The whole world has been led to believe that Christmas is lots of snow, lights to provide warmth and hope, and a fat man dressed in red fur bringing good cheer to one and all.
Well, this couldn’t have been further from the truth, since theologians, historians, wise guys (I mean, wise men) and shepherds agree that based on historical data and Gospel descriptions with shepherds in the fields, the baby was born around the year 4 BCE and between June-September. Ok, by this we take Christ out of Christmas – and what do we have? No, Virginia, not just “mas” or “mass”. Funny girl. We have the winter solstice – where all the snow, lights and red fur fit like a glove. That’s of course for the Northern Hemisphere.
I’ve always been a supporter of Christmas in July for the Southern hemisphere when cooler temperatures can move us to wish to be “closer” to family and friends while not sweating like pigs in the shade.
We had the chance to go to Rio this week and have got great news for you: it’s still marvelous and beautiful. Even the Christmas decorations – specially at night – make the city more beautiful.
Christmas in Rio is full of contrasts – for a Carioca – it’s cheap – R$ 10 and a pair of shorts allow you to spend a whole day of fun. For tourists it is going to be a little pricier – just a night at Copacabana palace goes into the thousands of reais. But you can always try to rent a couch in the home of a community (favela) dweller for a few hundred bucks.
Of course, some frustrations and throw-your-arms-up in-the-air moments appear: the Sugar Loaf cable car was running only half way up to Urca Mountain and the Christ the Redeemer on Corcovado – a tourist magnet – lacks basic infrastructure and newsflash: they don’t know how to deal with large numbers of tourists under a 110-degree Fahrenheit sun, not a pleasant experience. I loved the easy access areas for the disabled, pregnant women or the elderly – the lines for the van to take them up to Jesus had a wait of only 2.5 hours instead of the regular 5-6 hours for common mortals. A driver told us that there is a van service in Copacabana that takes tourists there nonstop and at lower fares but we learned about it only after we got there. Piece of advice: befriend a local Carioca online before your visit – but choose well: it’s got to be a street smart Carioca. If you get someone who can’t tell the difference between their left or right foot, you’re doomed. Bazeeenga!!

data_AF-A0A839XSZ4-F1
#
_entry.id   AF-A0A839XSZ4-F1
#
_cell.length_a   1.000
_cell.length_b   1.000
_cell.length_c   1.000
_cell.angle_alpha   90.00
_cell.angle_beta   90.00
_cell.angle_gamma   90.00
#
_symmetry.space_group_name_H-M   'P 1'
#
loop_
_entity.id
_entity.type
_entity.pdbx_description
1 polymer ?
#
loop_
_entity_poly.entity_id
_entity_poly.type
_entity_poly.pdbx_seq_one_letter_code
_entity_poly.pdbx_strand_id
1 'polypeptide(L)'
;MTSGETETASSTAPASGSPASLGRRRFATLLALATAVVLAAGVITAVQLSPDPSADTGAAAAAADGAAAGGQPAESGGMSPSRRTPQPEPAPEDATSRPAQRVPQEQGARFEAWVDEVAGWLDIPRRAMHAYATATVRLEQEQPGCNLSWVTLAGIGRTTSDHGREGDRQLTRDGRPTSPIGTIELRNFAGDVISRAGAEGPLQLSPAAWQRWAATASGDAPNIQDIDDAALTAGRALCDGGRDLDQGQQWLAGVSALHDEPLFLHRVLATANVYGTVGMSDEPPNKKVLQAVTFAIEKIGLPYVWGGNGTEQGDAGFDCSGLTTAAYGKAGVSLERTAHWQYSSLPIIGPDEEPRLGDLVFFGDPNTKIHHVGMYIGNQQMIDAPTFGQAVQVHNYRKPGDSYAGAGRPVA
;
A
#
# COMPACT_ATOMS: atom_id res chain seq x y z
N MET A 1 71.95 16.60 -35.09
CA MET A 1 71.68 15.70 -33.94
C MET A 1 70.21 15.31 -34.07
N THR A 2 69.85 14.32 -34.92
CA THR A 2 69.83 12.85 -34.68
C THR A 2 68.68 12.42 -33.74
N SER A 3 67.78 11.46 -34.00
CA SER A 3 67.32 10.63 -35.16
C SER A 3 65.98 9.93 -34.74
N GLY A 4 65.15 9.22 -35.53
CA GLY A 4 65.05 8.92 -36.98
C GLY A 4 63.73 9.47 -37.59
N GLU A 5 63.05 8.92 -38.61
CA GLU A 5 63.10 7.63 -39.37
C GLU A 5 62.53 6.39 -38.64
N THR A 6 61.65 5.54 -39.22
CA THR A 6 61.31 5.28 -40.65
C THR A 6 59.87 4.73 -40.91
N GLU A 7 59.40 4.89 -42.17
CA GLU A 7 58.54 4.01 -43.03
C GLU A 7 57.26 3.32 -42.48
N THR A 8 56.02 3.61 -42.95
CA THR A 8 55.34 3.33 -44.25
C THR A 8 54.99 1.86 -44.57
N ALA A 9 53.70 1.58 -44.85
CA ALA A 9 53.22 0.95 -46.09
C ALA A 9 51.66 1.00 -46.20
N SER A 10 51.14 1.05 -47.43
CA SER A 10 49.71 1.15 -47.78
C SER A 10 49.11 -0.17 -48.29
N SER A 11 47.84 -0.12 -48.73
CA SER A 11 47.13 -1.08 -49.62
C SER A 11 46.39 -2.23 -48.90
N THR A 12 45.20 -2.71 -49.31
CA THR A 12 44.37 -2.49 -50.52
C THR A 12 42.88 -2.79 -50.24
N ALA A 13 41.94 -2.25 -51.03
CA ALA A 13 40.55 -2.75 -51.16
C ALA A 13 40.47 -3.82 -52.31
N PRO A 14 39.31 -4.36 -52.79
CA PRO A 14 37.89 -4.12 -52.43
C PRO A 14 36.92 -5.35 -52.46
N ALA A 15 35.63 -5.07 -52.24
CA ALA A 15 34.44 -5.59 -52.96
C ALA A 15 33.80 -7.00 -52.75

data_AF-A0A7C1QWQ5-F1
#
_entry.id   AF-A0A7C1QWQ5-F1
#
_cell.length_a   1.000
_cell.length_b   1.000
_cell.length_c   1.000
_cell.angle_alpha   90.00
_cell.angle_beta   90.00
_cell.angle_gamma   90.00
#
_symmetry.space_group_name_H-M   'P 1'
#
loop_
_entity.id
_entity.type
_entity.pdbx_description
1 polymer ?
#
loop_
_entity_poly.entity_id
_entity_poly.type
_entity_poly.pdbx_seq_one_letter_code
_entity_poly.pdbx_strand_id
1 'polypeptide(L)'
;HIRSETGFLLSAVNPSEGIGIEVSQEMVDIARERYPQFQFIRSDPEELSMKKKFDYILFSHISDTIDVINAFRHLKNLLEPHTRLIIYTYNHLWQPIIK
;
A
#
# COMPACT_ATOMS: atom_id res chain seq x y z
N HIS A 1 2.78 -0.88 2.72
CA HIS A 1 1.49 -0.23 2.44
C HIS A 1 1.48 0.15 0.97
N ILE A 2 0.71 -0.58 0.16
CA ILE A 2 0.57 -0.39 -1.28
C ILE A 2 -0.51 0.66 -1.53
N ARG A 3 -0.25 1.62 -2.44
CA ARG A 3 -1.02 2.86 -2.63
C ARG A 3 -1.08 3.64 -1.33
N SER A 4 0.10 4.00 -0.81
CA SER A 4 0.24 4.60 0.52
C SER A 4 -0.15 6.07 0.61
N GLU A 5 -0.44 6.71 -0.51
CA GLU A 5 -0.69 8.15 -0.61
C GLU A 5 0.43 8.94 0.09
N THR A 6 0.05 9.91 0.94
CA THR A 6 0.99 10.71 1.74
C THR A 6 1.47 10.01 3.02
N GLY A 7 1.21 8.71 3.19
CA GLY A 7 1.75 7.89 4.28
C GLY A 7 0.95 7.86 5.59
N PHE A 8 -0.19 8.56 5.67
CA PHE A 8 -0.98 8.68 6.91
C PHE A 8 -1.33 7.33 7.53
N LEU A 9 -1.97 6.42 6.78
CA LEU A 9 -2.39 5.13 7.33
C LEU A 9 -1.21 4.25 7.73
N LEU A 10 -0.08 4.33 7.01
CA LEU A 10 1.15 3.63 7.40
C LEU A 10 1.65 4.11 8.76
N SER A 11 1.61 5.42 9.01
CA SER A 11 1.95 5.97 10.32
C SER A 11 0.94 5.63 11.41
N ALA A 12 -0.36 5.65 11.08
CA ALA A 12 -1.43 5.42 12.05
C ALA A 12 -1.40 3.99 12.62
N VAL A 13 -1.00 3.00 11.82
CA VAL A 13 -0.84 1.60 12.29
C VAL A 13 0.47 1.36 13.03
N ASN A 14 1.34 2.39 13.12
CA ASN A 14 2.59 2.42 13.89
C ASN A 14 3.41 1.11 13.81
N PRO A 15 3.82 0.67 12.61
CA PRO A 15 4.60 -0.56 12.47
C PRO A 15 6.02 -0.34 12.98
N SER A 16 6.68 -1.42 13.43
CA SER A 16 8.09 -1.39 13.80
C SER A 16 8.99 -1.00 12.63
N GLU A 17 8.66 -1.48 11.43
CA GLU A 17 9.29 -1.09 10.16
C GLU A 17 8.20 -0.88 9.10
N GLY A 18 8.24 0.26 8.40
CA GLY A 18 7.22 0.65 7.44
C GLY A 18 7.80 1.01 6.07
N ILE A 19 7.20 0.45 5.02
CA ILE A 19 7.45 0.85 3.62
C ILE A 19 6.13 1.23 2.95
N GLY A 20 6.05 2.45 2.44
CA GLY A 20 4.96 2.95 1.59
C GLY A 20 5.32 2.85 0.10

We hired a taxi driver to pick us up at the local Santos Dumont airport and stay with us for the rest of the day. We pre-arranged a daily fare and, of course, the driver at the last minute watsapped us saying she would be busy and referring us to another driver. Other drivers we’d contacted before had plainly stated they didn’t like driving tourists around, or didn’t know how to set a daily fee, or didn’t feel like driving on a hot day, or all of the above. (chuckles).
Food at the botecos (casual pubs) is inexpensive and home made – Galeto’s at Praça da Bandeira is a very simple restaurant but food tastes like the one your mom (if she knows how to cook) would prepare for you.
The best part of the day is always the beach – people can and do spend their whole day under a giant parasol eating and drinking whatever the beach vendors have available – from prawns on a stick to Arab cuisine.
The feeling I had was that most of the foreign tourists were Latin American – don’t cry for me, Argentina – followed by Europeans. Of course, you’d expect that such a touristy global city would have locals speaking English as their second mother tongue. Unfortunately, that’s not so. Many people may know some of the basic “sale” “bargain” “ripoff” English to get by, but I still feel that fluent people are found in larger numbers in São Paulo, which is not to say they’re counted in the millions, by the way.
Cheers and have yourself a merry Natal.